It may to difficult to accept but the ingredients for a happy and fulfilling relationship with your significant other or spouse rests on the foundation of acceptance. Acceptance of the reasons you fell in love in the first place. Acceptance of who that person is at their core. Acceptance of all the little things they do.

1. Acceptance does not imply giving up. It is not a negative term. It is acknowledging reality. Acceptance means that we come to understand and accept our mate and our life for what it is. There is no judgment involved. It means that we accept things as they are, not as we think they should be.

2. Understand fully the difference between what is and what you think should be. You know, wishful thinking. An abusive spouse is what is; your belief that he or she is going to change any minute is what you think reality should look like. Big difference

3. Acceptance does not suggest that if your lover is abusive to you that you simply accept it and do nothing? No. You do accept it as a fact but then you are free to make a decision as to what you will do next. There are plenty of options but all of them are based on acceptance of what is. You can choose to take a different approach to the problem and see if that works. You can choose to leave the abusive situation. The choice is yours.

4. Here is the core truth behind acceptance. You have heard it before: “Oh Lord, give me the courage to change the things I can, the strength to accept what I cannot change, and the wisdom to know the difference.” What exactly do you have control over in life? Think hard about this one. You basically have control over one thing in your life: You. Period and end of discussion.

Look to your past and do a reality check. I know for myself that I spent about 40 years thinking that I could change my Father. I would somehow, through countless hours of discussions and arguments, show him the error of his ways and make him into the ideal Father that I wanted. Guess what? I am fifty-five years old and my Dad is still my Dad. The more I resisted who he was, the more he dug his heels in.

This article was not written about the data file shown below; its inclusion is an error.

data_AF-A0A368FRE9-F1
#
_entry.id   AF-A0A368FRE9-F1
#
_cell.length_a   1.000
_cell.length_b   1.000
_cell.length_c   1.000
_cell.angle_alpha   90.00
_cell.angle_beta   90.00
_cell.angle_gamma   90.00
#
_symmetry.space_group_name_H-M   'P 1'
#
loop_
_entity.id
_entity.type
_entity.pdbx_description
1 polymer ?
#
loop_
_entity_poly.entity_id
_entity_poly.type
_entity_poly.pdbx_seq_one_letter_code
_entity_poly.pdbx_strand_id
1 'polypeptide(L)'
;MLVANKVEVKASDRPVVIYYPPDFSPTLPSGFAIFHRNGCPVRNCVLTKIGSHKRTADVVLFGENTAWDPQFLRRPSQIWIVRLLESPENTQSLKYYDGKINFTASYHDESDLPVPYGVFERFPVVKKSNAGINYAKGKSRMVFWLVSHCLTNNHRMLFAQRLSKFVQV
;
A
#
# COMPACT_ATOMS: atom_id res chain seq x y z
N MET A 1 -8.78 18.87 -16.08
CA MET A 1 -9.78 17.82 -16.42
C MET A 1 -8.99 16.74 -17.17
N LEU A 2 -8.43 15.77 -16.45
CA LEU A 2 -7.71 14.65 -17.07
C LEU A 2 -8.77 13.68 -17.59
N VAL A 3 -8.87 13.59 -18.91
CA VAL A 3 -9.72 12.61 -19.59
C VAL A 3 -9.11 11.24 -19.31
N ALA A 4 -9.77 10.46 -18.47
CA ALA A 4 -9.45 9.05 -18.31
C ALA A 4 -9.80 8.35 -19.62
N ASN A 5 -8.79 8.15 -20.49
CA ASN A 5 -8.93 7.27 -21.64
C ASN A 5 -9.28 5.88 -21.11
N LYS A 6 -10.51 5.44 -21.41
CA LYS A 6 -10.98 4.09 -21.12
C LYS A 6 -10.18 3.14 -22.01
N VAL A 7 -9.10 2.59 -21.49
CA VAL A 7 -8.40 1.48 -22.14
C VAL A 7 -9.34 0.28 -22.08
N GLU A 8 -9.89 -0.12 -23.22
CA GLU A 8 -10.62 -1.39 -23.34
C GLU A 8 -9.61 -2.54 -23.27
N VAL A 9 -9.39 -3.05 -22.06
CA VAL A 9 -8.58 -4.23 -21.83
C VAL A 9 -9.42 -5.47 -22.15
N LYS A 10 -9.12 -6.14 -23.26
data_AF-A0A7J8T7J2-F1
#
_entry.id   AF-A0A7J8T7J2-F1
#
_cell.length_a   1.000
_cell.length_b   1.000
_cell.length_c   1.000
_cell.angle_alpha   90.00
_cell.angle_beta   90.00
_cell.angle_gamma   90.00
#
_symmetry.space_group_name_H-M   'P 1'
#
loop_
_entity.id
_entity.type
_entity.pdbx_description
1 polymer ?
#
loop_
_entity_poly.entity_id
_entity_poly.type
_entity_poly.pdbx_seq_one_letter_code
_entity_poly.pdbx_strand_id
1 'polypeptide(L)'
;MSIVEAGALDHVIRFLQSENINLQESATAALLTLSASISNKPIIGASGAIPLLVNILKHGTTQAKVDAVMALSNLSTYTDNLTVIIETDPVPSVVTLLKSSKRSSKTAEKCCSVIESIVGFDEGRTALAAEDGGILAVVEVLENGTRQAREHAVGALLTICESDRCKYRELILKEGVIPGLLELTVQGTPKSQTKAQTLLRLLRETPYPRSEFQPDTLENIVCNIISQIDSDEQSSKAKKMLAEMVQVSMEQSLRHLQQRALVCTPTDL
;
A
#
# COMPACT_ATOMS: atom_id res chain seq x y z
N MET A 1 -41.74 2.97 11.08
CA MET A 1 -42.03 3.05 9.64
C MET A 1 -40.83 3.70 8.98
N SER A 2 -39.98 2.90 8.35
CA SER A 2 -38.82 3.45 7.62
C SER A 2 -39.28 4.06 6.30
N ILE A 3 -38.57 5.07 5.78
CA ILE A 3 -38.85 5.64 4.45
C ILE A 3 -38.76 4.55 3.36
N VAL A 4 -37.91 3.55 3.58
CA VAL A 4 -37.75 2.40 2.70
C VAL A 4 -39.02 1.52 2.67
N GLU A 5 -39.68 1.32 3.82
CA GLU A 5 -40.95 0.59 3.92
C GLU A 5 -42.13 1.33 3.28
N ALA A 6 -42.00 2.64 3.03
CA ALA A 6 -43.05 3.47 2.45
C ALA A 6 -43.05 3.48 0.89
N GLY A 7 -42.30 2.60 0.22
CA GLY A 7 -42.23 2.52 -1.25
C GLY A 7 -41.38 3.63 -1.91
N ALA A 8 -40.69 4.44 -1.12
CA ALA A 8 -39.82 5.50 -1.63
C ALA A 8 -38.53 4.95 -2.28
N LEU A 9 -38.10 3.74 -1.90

My Dad is at his core a wonderful, compassionate and giving person. He becomes that person when I exhibit those same qualities. Bingo! So it is my behavior towards my Father that empowers me to transform our relationship. I change my approach via the road of acceptance. Does it always work? No. Mostly? Yes. Which brings us to our next point…

5. We don’t impress people by describing in words how we have transformed ourselves. We transform ourselves and the people around us by being what we believe in. We lead by example. If you are looking to stop anger in your house, don’t get angry. Walk away from anger. Allow it to diffuse and then have a discussion about the effects of anger on the household. If you scream back in response to an angry person, you only add fuel to the fire.

6. Acceptance and transformational behavior are habits that we can master. Initially it will not be easy but that is always the case when we take on something truly meaningful. We need to unlearn old habits or ways of being and initiate new ones. Make a list of how you would want to be treated in very specific ways. For instance, “I want to be treated with respect”. Then your new habit is to treat everyone around you with respect. It is through repetition that we master new ways of being. New habits, if practiced, can take hold in three months.

After three months, see what is appearing in your life. I believe that you will see amazing results. The least thing you will have accomplished is a new you. Chances are extremely good that your mate will have experienced your new way of being and will change too. They will change because they want to, not because you want them to. That is true and lasting change. A change that results in a transformed relationship.

Author's Bio: 

Shelley Stile is an ACC certified Divorce Recovery Life Coach and author who guides her clients to let go the pain of their divorce and move on to create new and vibrant lives after divorce. Shelley has been through her own divorce so she knows first-hand about the journey of divorce recovery. Shelley coaches her clients on a one-on-one basis and also leads tele-seminars and workshops. She has published powerful articles and books on life after divorce and is the author of the new book, 95 Transformational Tips for Letting Go and Moving On After Your Divorce available at

She is a certified coach and member of the International Coaches Federation, the governing body for Life Coaching. Shelley trained with the Coaches Training Institute and the Ford Institute for Integrative Coaching’s Spiritual Divorce Recovery.

Receive her free, powerful e-book, The 10 Secrets to Coping with Divorce’, and her monthly ‘Take Back Your Life After Divorce’ Newsletter by going to: or contact Shelley at to schedule a free consultation and sample session of divorce coaching. For more information on Divorce Recovery Coaching, go to